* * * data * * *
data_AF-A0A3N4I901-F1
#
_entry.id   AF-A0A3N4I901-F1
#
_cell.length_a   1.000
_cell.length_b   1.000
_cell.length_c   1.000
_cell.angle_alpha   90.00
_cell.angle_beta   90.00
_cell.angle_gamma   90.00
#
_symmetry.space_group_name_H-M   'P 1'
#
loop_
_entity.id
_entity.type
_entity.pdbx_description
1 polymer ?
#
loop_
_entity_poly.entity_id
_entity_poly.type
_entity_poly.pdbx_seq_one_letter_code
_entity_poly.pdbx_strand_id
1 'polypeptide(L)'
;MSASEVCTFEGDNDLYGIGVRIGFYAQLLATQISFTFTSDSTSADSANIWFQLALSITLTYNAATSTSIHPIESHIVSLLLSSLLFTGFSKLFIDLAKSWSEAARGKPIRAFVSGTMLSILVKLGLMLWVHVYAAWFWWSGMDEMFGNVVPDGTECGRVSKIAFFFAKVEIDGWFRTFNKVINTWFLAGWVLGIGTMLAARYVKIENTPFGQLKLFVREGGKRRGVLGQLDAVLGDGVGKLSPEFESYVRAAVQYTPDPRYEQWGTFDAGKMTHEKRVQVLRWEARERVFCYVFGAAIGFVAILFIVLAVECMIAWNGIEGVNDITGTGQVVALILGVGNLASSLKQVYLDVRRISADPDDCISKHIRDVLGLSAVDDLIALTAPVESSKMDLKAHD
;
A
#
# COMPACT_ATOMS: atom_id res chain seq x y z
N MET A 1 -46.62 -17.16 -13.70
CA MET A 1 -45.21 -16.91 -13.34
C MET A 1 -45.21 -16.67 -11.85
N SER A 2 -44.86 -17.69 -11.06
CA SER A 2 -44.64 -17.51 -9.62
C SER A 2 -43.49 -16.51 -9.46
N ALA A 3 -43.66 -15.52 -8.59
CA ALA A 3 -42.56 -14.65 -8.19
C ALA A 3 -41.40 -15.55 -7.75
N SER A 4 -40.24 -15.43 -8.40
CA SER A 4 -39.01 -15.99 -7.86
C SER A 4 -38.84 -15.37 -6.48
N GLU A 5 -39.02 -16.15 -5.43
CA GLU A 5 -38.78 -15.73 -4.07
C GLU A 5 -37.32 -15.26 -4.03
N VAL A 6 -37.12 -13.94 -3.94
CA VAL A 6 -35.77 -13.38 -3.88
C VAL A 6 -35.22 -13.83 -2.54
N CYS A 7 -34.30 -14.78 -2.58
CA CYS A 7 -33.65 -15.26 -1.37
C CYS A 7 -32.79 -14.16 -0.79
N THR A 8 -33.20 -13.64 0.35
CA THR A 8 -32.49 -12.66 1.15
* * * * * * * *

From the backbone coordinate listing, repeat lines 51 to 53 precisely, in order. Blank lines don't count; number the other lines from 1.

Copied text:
C CYS A 7 -32.79 -14.16 -0.79
N THR A 8 -33.20 -13.64 0.35
CA THR A 8 -32.49 -12.66 1.15